Tom Bleha and his wife were counting the days until their coronavirus vaccine appointments on Jan. 30, and the promise of a return to what he called “a semi-normal life,” but on Friday evening, Virginia Hospital Center canceled their slots.
“We are outraged,” said Bleha, 85, whose two previous bouts with pneumonia put him at high risk for a serious case of covid-19.
The Arlington hospital will run out of vaccine doses in the coming week after Virginia abruptly changed the way it allocates the doses it receives from the federal government. Instead of doses being shipped directly to hospitals, they will now be scattered throughout Virginia localities based on population, upending a distribution system that had been in place for several weeks.
While Arlington County has said appointments, such as those the Blehas had, will be rescheduled, the sudden change is indicative of the problems and uncertainty that have plagued the rollout of coronavirus vaccine doses throughout the greater Washington region since they began arriving at loading docks in mid-December. And those problems could be magnified once more people are allowed to get vaccinated.
The firefighter’s family had decided to let him go.
For a month, Steve Collins, a 33-year veteran of the Prince George’s County fire department, had been hooked to a ventilator and fighting for his life against the coronavirus. The doctors said he would not wake up. His family visited a funeral home to make arrangements.
But before they said farewell, they had one request: Wait to remove him from the machines until after his 61st birthday.
So on July 14, 2020, his friends and family threw what they figured would be his final party. Fellow firefighters, organized by their chief, recorded video messages where they read their “Squadfather” a Bible verse, urged him to get better, told him he’s a “fighter.” It played on loop in his hospital room as Collins’s family prepared for his death.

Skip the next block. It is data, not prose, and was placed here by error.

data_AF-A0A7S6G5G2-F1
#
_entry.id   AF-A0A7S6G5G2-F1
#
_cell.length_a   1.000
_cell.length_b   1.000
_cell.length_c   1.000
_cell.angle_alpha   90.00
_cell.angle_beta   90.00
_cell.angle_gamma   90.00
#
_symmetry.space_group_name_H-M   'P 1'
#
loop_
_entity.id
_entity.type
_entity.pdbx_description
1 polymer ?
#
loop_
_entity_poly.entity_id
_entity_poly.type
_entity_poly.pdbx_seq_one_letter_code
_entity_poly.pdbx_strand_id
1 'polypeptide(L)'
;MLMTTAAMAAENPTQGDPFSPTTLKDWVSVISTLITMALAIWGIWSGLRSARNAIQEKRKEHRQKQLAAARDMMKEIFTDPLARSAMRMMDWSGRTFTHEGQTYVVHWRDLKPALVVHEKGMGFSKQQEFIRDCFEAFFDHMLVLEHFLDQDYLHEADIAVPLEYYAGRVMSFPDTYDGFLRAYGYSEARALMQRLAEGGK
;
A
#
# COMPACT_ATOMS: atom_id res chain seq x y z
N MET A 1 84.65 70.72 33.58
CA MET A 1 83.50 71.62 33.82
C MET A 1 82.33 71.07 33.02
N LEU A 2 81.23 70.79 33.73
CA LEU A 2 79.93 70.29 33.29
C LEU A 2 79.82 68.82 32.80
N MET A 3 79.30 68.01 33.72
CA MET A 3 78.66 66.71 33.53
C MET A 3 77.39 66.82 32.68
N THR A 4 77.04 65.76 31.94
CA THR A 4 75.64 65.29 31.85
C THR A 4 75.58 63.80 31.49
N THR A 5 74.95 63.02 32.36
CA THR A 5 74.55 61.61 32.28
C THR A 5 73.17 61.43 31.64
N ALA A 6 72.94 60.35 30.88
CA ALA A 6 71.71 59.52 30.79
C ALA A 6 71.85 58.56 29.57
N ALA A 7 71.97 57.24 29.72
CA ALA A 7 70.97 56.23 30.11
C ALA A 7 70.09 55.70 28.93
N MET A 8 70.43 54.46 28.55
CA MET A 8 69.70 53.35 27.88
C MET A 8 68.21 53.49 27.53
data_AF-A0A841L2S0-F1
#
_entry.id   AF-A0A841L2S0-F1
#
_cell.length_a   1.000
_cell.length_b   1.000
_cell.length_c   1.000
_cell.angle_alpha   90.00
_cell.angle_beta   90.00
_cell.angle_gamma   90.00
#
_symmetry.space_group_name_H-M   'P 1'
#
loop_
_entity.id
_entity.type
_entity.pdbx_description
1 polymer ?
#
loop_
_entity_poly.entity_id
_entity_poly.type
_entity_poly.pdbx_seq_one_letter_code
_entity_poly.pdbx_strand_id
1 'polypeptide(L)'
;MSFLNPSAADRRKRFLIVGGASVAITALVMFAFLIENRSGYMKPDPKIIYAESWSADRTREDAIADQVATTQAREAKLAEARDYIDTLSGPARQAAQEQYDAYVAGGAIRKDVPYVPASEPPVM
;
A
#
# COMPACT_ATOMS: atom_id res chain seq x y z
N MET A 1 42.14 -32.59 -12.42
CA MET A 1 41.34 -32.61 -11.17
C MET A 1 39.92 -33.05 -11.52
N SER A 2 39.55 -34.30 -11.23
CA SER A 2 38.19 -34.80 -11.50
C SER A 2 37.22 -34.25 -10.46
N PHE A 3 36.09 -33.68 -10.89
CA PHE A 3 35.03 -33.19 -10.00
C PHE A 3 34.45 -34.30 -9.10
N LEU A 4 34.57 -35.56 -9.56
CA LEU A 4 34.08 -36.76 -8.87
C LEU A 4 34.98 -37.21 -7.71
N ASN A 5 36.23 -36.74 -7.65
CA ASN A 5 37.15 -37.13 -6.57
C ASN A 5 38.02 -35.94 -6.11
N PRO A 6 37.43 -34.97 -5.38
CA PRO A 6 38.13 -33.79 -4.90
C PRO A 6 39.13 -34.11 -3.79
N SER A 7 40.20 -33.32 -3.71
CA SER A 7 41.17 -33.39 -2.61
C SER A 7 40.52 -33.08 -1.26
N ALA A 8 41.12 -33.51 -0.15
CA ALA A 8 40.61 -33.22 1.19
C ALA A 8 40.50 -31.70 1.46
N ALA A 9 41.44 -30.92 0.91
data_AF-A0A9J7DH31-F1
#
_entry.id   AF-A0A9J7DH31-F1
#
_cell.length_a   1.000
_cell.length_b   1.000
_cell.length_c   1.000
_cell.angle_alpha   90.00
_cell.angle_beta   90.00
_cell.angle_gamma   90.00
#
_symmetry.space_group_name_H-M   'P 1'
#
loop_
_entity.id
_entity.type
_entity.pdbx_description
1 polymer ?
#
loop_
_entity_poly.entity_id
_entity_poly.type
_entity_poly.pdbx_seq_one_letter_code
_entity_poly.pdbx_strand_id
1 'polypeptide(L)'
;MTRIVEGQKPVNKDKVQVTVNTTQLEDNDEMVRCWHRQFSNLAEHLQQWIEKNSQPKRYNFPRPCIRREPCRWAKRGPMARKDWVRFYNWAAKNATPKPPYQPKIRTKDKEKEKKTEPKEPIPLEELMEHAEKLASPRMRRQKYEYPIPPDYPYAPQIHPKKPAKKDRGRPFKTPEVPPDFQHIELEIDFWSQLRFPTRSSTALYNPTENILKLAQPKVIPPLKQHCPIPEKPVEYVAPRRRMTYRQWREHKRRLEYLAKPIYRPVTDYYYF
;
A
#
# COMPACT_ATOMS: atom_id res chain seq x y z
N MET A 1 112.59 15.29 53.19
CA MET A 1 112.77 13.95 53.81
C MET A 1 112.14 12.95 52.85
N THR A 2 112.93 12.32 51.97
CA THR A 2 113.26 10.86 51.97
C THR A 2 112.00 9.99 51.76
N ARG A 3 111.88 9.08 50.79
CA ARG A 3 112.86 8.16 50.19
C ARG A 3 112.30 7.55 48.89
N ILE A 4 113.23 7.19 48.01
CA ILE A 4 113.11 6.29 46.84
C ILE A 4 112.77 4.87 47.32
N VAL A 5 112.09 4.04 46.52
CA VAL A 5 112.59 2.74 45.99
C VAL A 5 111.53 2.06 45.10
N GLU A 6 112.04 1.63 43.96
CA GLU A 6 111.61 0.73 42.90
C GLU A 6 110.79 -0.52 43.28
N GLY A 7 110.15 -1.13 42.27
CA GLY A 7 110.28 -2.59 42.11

The next day, Collins’s doctor walked into his room and said his name — and the firefighter opened his eyes.
He tracked his doctor as he walked around the room. He wiggled his toes.
Coronavirus figures released by the District, Maryland and Virginia on Monday showed 8,062 additional cases in the region and 45 deaths.
The confirmed cases reported Monday are roughly four times the number of daily cases reported around the region in May and June, according to The Washington Post’s tracker.
More than 13,000 people from the District, Maryland and Virginia have died of covid-19, the disease caused by the coronavirus. Those who have died include activists, writers, firefighters and pastors. They worked in grocery stores, drove public buses and taught children. Read about their lives here.
Reported cases: 204
Reported deaths: 7
In the past seven days, the District has reported 1,472 new cases.
Reported cases: 1,686
Reported deaths: 35
In the past seven days, Maryland has reported 14,924 new cases.
Reported cases: 6,172
Reported deaths: 3
In the past seven days, Virginia has reported 32,069 new cases.
Two women were found fatally shot last week in Charles County, Md., and a man has been taken into custody, the sheriff’s office said Sunday.
Kandeon Meisha Niravanh, 24, and Genesis Garrett, 22, both of Waldorf, were found in a townhouse in the 2400 block of Hanover Court, in Waldorf, about 12:45 a.m. on Thursday, the sheriff’s office said.
Officers went there after the sound of shots was reported. The women had gunshot wounds and died at the scene, according to the sheriff’s office.
A man was arrested Saturday in Washington in the case and taken into custody, the sheriff’s office said. A statement released Sunday by the sheriff’s office did not say whether the man had been charged.
No motive in the shootings was specified.
Wizards finally get back on the court, fall to Spurs in San Antonio
The Washington Wizards visited San Antonio on Sunday with a pair of streaks hanging over them, one far more important to break than the other. They snapped the significant one, taking the court for the first time after six consecutive postponed games and 12 days idle.
The second streak still stands, which is unsurprising given the Wizards had only 10 players available while six stayed in D.C., ineligible to play after testing positive for the coronavirus. The Spurs’ 121-101 win at AT&T Center means Washington (3-9) has lost 21 straight games in San Antonio (9-8), a stretch that dates back to 1999.